A pretty little vessel that brought many hundreds of passengers to all parts of New Zealand from 1874 to 1896, was the Glasgow-built ship Helen Denny, one of the Shaw Savill fleet. Although 728 tons she had a fairly good turn of speed and made many passages between London and many New Zealand ports, considerably below the average, under a fine old sailor Captain William Ruthe who passed away at Auckland in 1924 at 82 years of age.

The captain had a most successful career at sea and when he retired in 1886, his last passage to New Zealand being made in the ship Zealandia, he had never met with an accident.

The Helen Denny was launched in 1866 as a full rigged ship, but she was changed to a barque a few years later. She was built by Robert Duncan of Glasgow, was an attractive little vessel and her fine lines have been praised by more than one writer. When sailing ships began to go out, before the oncoming of the steam tramp, the Helen Denny was sold to Messers Turnbull and Company of Christchurch, and was engaged in the inter-colonial and inter provincial-service.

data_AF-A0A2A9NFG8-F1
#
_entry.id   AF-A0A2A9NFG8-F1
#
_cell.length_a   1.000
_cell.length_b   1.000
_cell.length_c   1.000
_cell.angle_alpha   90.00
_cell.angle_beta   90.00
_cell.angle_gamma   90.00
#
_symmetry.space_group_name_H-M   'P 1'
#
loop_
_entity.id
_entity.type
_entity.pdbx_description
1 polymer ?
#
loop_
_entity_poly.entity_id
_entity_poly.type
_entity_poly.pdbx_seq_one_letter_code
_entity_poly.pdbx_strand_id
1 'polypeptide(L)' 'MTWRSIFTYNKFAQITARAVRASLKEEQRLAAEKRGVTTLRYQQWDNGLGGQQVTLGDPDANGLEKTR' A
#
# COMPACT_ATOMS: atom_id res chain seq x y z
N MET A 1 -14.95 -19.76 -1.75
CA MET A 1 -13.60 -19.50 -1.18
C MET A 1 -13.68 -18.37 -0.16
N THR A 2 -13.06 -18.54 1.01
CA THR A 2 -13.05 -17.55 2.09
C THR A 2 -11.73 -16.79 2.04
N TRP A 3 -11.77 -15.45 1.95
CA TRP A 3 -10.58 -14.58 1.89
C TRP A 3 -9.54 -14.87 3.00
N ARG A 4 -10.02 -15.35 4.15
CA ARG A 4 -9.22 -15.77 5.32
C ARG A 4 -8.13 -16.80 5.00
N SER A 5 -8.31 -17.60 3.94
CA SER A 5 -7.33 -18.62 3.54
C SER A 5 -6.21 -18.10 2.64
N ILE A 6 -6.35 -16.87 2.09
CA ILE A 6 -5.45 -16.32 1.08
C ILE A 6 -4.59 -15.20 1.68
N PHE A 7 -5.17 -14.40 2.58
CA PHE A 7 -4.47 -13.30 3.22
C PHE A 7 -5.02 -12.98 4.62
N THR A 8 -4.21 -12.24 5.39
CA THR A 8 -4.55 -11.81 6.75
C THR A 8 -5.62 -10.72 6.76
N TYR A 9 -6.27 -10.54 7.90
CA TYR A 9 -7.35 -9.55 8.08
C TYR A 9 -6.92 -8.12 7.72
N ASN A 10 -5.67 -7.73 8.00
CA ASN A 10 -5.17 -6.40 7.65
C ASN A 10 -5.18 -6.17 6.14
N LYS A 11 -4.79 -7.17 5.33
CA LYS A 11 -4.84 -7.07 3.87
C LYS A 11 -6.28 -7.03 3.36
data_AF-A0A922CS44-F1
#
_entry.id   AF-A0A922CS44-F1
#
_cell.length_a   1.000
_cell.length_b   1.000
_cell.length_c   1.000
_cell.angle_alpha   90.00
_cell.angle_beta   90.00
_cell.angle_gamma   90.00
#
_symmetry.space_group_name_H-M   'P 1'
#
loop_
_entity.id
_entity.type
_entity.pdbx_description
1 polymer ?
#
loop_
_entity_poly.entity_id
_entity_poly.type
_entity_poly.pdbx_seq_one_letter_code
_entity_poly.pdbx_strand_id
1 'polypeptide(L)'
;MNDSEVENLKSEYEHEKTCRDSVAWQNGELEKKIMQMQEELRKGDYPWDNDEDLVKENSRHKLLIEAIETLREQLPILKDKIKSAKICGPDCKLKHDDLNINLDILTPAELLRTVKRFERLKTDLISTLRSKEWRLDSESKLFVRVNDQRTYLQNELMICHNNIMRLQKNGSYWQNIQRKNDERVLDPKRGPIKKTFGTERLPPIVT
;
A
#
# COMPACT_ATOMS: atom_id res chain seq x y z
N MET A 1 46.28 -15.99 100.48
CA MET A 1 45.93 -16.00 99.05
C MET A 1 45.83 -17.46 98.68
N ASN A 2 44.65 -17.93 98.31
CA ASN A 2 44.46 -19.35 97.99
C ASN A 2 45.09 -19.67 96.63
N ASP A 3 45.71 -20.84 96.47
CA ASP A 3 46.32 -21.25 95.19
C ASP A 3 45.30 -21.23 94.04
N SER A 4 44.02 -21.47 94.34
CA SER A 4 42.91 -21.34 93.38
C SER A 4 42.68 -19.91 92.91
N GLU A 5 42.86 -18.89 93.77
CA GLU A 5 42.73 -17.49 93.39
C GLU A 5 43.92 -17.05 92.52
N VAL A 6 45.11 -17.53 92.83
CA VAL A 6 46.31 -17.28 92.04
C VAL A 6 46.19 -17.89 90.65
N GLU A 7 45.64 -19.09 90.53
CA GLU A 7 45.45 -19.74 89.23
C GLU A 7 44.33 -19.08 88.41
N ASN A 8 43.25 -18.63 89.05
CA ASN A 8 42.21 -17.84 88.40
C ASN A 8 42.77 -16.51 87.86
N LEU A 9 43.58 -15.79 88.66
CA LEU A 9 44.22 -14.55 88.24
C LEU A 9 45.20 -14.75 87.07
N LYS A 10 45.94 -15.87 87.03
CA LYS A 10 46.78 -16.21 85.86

The Helen Denny made two voyages to the Bluff, the first was in 1881, in the charge of Captain Ruthe, and took 98 days, arriving on the 13th July. The second was in 1892 under Captain Carnell, and took 115 days, arriving on 18th October.

As yet I have not been able to find any passenger lists for this ship, but I will keep on looking.

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